DNA methylation markers in colorectal cancer state-of-the-art

Colorectal is the fourth leading cause of cancer-related death worldwide. There were over 1.3 million new colorectal cancer cases worldwide, of which approximately 50% died as a result of the disease in 2012. Like all cancers, CRC is typically described in stages from I to IV. The mean 5-year survival rate for CRC is estimated to be less than 10% for stage IV, but could be as high as 90% for stage I. To reduce disease-specific mortality, it is therefore important to identify and treat CRC as early as possible. Although colonoscopy is currently the gold standard for the diagnosis of CRC, population screening by colonoscopy is hampered by high costs and the invasive nature of the procedure.

Fig. 1.

The implementation and participation for CRC screening could be significantly improved by using alternative non-invasive methods, such as using blood or stool-based biomarkers. Since genetic and epigenetic alterations influence the development of colorectal cancer (CRC), huge potential lies in the use of DNA methylation as biomarkers to improve the current diagnosis, screening, prognosis and treatment prediction. Here we performed a systematic review on DNA methylation-based biomarkers published in CRC, and discussed the current state of findings and future challenges. Based on the findings, we then provide a perspective on future studies. Genome-wide studies on DNA methylation revealed novel biomarkers as well as distinct subgroups that exist in CRC. For diagnostic purposes, the most independently validated genes to study further are VIM, SEPT9, ITGA4, OSM4, GATA4 and NDRG4. These hypermethylated biomarkers can even be combined with LINE1 hypomethylation and the performance of markers should be examined in comparison to FIT further to find sensitive combinations. In terms of prognostic markers, myopodin, KISS1, TMEFF2, HLTF, hMLH1, APAF1, BCL2 and p53 are independently validated. Most prognostic markers published lack both a multivariate analysis in comparison to clinical risk factors and the appropriate patient group who will benefit by adjuvant chemotherapy. Methylation of IGFBP3, mir148a and PTEN are found to be predictive markers for 5-FU and EGFR therapy respectively.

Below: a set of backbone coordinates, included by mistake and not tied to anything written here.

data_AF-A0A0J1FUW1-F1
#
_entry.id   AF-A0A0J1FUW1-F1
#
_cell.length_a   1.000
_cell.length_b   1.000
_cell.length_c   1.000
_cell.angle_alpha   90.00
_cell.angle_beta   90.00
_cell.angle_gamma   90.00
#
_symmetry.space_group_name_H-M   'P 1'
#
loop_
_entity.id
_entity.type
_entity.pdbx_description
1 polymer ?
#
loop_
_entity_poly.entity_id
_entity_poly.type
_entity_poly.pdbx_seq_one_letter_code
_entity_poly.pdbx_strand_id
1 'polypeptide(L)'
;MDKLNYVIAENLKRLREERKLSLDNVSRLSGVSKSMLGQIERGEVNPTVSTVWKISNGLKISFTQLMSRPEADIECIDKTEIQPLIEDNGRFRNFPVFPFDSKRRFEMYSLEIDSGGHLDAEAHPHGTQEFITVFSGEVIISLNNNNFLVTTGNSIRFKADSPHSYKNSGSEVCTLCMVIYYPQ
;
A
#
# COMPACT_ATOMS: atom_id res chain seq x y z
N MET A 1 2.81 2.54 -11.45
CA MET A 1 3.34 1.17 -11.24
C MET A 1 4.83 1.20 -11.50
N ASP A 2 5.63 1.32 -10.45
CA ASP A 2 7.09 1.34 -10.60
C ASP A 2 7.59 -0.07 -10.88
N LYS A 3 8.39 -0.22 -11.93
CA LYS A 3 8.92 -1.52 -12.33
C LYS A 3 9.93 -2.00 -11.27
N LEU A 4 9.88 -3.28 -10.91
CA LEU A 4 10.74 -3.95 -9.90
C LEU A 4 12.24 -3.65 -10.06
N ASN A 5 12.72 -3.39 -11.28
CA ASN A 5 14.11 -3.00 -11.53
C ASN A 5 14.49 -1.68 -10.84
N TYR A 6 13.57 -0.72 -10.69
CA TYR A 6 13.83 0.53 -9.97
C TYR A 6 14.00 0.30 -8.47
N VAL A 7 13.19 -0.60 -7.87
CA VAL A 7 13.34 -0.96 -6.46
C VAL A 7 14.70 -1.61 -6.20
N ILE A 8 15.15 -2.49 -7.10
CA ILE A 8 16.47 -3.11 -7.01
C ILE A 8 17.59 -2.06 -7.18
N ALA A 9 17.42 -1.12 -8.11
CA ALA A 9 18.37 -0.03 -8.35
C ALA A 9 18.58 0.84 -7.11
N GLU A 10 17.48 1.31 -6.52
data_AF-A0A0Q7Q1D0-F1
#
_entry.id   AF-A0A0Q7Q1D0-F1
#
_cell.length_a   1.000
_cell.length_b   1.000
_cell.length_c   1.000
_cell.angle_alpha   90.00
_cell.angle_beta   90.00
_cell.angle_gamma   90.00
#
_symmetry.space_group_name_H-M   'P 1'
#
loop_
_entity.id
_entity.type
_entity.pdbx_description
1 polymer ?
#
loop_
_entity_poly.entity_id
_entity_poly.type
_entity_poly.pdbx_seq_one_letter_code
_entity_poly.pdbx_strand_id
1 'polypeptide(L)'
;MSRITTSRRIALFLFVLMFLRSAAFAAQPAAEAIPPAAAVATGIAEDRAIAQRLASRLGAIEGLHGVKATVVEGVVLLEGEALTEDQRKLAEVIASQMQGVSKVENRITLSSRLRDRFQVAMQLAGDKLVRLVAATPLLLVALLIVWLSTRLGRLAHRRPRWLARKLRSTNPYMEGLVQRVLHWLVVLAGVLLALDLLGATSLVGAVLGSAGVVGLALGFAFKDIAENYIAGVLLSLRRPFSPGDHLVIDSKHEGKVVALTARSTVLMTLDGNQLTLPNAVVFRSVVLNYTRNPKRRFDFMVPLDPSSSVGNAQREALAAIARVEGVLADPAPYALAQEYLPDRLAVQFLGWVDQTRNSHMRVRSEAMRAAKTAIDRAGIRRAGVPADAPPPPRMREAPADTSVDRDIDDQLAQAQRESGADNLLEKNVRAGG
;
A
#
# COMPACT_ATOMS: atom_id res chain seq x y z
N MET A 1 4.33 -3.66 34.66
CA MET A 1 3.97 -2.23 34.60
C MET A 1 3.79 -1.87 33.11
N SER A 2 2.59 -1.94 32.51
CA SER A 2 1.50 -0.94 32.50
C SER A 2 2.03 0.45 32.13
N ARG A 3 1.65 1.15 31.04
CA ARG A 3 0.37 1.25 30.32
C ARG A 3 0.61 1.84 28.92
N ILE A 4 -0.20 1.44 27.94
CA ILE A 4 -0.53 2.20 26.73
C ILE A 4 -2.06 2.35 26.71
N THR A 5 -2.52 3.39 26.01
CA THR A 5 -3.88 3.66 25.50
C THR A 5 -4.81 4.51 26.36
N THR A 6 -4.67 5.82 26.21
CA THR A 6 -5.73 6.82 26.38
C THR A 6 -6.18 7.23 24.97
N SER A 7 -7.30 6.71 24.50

Fig. 2.

For therapy prediction, more studies should focus on finding markers for chemotherapeutic drugs as majority of the patients would benefit. Translation of these biomarkers into clinical utility would require large-scale prospective cohorts and randomized clinical trials in future. Based on these findings and consideration we propose an avenue to introduce methylation markers into clinical practice in near future. For future studies, multi-omics profiling on matched tissue and non-invasive cohorts along with matched cohorts of adenoma to carcinoma is indispensable to concurrently stratify CRC and find novel, robust biomarkers. Moreover, future studies should examine the timing and heterogeneity of methylation as well as the difference in methylation levels between epithelial and stromal tissues.

Kevin Lam, Kathy Pan, Raju Kandimalla 1
1Baylor Scott&White Research Institute and Charles A. Sammons Cancer Center,
Center for Gastrointestinal Research & Center for Epigenetics,
Cancer Prevention & Genomics, Dallas, Texas, USA



DNA methylation based biomarkers in colorectal cancer: A systematic review.
Lam K, Pan K, Linnekamp JF, Medema JP, Kandimalla R
Biochim Biophys Acta. 2016 Aug


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